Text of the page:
Silk Assembly With Cells Allows Creation of Macro-Sized 3D Cultures
The so far presented experiments describe the potential of the silk-assembly method for research purposes. Using silk assembly into 3D foam, a defined amount of recombinantly produced silk protein is used to efficiently integrate all added cells into reproducible 3D cultures in conventional 24-well plates. In order to demonstrate scalability of the methodology to broaden the application range, we will in the following section describe how larger constructs of silk with integrated cells can be achieved.
In order to obtain bigger foams, we used a small whisker to introduce sufficient amount of tiny air bubbles within a few seconds (Fig. 7a,I). In this case, a suspension of fibroblasts in culture media was added just before whipping. For more sensitive cells, it is also possible to blend the cells with the silk foam directly after whipping. By the use of a spoon, the resulting foam was placed in a culture well fitted with a silicone tube along the edges, to avoid silk attachment to the walls (Fig. 7a,II). After stabilization in the cell incubator for 1 h, the foam was covered with media. Within a few days, the foam detached to end up like a free-floating entity with access to medium from all sides (Fig. 7a,III). After 14 days of culture, viable cells were found throughout the macro-sized foam (Fig. 7a,IV).
The length of the silk fibers obtained is directly dependent on the size of the lab trough used during formation, and thus easily scalable. However, the thickness of the fibers can only reach a certain level, limited by the concentration of protein and cells included. During culture of cells with contractile capacity, such as skeletal muscle cells, we noticed that the fibers curled up if kept free floating, confirming a cooperative action of the aligned cells. Therefore, we investigated the option to mount several fibers in parallel (Fig. 7b,I,II). Within a few days of culture, the fibers with integrated cells had fused to a single millimeter thick fiber (Fig. 7b,III). Confocal microscopy revealed a substantial amount of living cells throughout the depth of the fibers (Fig. 7b,IV).
We present a new strategy for integration of viable cells into 3D networks that mimics the fibrous architecture of native ECM. The mediator for this is the self-assembly of a silk protein that is recombinantly produced, and thereby defined and free from human and animal components. We herein report results showing that the silk formation method to integrate cells into 3D can be applied to a wide range of anchorage-dependent cell types, including endothelial cells, skeletal muscle cells, fibroblasts, keratinocytes as well as pluripotent and multipotent stem cells. The mild and accommodative silk-assembly process occurs simultaneous with cell integration, thereby allowing the cells to migrate and connect to each other. At the same time, a mechanically stable 3D support is provided by the silk. Thereby, intrinsic properties of native tissue, including proliferation in 3D, differentiation capacity and formation of vasculature networks, are reconstituted. Cells gathered within a 3D silk foam constitute a promising option for creation of glandular-like structures, while the fiber shape is more suitable for reconstruction of aligned structures found in blood/lymph vessels, nerves, muscle, ligament, tendon etc.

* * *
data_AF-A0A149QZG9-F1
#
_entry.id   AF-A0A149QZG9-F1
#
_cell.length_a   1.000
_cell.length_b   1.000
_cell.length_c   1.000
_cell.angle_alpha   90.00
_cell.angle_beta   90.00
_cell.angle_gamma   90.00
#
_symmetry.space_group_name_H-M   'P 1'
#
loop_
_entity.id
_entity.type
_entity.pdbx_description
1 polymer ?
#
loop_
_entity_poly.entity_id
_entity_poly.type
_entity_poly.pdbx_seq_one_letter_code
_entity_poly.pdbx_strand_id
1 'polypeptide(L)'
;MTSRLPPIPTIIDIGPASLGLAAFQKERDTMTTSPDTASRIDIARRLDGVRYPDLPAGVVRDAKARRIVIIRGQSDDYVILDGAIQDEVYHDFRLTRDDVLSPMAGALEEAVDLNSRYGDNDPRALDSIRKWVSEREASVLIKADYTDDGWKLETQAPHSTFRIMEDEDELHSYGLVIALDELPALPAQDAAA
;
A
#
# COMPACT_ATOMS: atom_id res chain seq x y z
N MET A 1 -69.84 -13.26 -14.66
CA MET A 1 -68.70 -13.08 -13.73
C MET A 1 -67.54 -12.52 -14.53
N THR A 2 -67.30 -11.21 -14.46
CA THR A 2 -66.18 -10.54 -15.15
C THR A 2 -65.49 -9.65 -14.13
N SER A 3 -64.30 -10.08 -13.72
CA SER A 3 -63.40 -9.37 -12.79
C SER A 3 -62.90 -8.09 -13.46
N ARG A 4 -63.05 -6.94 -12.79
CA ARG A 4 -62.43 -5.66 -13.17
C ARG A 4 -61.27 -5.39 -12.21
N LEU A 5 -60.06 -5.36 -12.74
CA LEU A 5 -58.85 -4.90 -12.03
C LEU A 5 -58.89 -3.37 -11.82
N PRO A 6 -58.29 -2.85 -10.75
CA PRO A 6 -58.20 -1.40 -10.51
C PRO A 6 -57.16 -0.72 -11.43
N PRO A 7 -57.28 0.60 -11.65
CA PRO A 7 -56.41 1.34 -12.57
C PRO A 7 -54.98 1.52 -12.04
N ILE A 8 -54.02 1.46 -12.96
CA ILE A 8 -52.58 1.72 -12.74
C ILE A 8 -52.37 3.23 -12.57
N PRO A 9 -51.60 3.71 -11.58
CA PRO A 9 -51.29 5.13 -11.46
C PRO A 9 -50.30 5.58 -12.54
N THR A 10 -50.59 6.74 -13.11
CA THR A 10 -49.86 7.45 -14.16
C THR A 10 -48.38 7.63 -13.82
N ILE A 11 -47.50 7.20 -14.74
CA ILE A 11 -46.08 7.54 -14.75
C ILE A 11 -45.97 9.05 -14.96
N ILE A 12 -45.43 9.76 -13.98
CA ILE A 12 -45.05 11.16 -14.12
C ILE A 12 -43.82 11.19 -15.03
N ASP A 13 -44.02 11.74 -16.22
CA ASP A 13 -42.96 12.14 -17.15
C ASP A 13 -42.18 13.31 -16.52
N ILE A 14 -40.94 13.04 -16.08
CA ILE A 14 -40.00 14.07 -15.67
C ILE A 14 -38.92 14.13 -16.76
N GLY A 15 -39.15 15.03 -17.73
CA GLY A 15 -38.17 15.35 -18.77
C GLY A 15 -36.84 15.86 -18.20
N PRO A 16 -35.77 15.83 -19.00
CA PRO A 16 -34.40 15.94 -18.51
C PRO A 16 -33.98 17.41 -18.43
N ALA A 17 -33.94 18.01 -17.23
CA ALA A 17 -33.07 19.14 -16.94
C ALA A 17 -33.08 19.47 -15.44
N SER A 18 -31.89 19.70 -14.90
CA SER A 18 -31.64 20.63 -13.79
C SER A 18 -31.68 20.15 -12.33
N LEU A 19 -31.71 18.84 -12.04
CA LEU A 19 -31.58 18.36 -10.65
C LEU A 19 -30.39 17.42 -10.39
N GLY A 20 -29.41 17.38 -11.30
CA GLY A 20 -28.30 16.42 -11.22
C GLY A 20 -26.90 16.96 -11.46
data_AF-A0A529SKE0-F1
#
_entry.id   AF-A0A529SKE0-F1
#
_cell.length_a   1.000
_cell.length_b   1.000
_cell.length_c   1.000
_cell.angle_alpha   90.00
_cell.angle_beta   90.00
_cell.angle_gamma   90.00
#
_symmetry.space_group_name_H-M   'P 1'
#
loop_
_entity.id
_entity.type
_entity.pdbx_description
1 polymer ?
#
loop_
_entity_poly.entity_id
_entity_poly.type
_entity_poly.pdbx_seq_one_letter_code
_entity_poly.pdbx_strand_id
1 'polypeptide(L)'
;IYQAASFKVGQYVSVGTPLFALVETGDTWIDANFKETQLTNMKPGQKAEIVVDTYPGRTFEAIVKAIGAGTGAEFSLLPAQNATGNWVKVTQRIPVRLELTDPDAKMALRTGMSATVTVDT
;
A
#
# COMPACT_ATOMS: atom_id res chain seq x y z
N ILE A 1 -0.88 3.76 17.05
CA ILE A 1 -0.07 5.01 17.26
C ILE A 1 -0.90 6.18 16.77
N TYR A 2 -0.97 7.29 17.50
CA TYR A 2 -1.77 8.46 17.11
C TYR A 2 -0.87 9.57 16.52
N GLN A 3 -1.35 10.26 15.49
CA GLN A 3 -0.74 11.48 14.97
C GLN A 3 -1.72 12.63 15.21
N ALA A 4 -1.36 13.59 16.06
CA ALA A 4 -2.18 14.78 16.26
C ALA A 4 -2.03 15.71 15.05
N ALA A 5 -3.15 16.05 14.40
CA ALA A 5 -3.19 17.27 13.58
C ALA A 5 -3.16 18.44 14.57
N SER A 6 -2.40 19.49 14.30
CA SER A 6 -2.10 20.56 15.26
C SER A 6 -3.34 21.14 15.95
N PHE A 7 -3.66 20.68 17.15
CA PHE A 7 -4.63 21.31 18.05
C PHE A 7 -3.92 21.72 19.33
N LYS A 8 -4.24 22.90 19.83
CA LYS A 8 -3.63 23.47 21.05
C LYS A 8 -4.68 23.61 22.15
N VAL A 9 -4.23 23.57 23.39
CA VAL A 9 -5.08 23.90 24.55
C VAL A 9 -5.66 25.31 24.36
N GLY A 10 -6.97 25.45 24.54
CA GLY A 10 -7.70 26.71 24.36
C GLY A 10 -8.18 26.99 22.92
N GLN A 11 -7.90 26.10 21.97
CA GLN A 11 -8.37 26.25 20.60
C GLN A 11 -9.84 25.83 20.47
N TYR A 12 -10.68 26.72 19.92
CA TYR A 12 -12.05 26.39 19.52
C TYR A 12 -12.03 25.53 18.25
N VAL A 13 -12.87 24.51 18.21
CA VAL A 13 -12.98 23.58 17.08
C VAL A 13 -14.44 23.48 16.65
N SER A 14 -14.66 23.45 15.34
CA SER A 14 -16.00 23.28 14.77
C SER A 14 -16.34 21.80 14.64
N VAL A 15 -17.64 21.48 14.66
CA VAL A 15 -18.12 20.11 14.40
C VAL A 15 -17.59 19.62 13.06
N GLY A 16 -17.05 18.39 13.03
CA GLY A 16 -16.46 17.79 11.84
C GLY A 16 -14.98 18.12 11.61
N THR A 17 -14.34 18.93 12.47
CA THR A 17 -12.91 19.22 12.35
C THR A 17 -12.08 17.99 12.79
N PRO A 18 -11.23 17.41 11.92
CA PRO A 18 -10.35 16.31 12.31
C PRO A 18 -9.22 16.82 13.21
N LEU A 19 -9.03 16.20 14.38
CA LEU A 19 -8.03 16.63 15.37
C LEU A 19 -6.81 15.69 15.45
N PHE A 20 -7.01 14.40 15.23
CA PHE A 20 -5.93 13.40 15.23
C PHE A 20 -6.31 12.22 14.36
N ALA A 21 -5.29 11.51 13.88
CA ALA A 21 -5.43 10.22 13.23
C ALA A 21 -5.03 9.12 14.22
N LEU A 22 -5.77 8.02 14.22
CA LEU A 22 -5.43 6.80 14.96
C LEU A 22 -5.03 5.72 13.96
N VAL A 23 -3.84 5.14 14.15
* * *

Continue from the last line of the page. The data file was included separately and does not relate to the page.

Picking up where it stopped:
The set-up and protocol for formulation of 3D silk with integrated cells is very simple and can be used by anyone without any need for special instrumentation or technical expertise. Moreover, it is convenient to perform the procedure under sterile conditions, within a laminar flow hood. Compared to time consuming techniques such as 3D-printing, the hands-on requirements for silk-assembly to integrate cells into macroscopic 3D scaffolds are easily fulfilled. The method is simple enough to be widely implemented as standard procedure in any cell lab, rendering 3D almost as easy to obtain as 2D cell culture. Possible applications range from miniature in vitro models for drug development to larger transplants for medical treatments.
Full details are given in the Supplementary Information.
Recombinant spider silk protein
The spider silk protein FN-4RepCT kindly provided by Spiber Technologies AB was recombinantly produced in E. coli, purified using chromatographic methods and subjected to sterile filtration before storage at −20 °C.
Formulation of silk scaffolds with integrated cells
FN-silk protein (3 mg/mL) were placed as a defined drop (15–40 µL) spread out to a diameter of 1 cm in the middle of a well of a non-treated, hydrophobic 24-well plate (Sarstedt). Air was quickly pipetted into the drop 20–30 times. Cells (0.5–2 × 106/mL) suspended in the appropriate culture media (containing 25 mM Hepes, without serum), were added dropwise (10–20 µL) either before or after introduction of air bubbles. The foams were kept 15–60 minutes in the cell incubator before covered with complete cell culture medium. For foams integrated with hESC, 15 µl of FN-silk was used for 50 000 hESCs (15 000 cells/µl). Cells were integrated in the presence of 10 µg/ml Rock inhibitor Y27632 (VWR) and silk was stabilized for 15 min at 37 °C in 5% CO2. After stabilization, 0.7 ml NutriStem supplemented with 10 µg/ml Rock inhibitor Y27632 was added. Rock inhibitor was omitted in the medium from 24 hours after seeding. Larger foams were prepared from 1.5 mL of FN-silk (3 mg/mL) subjected to 5–10 sec of whipping using a small battery operated hand whisker (Rubicson).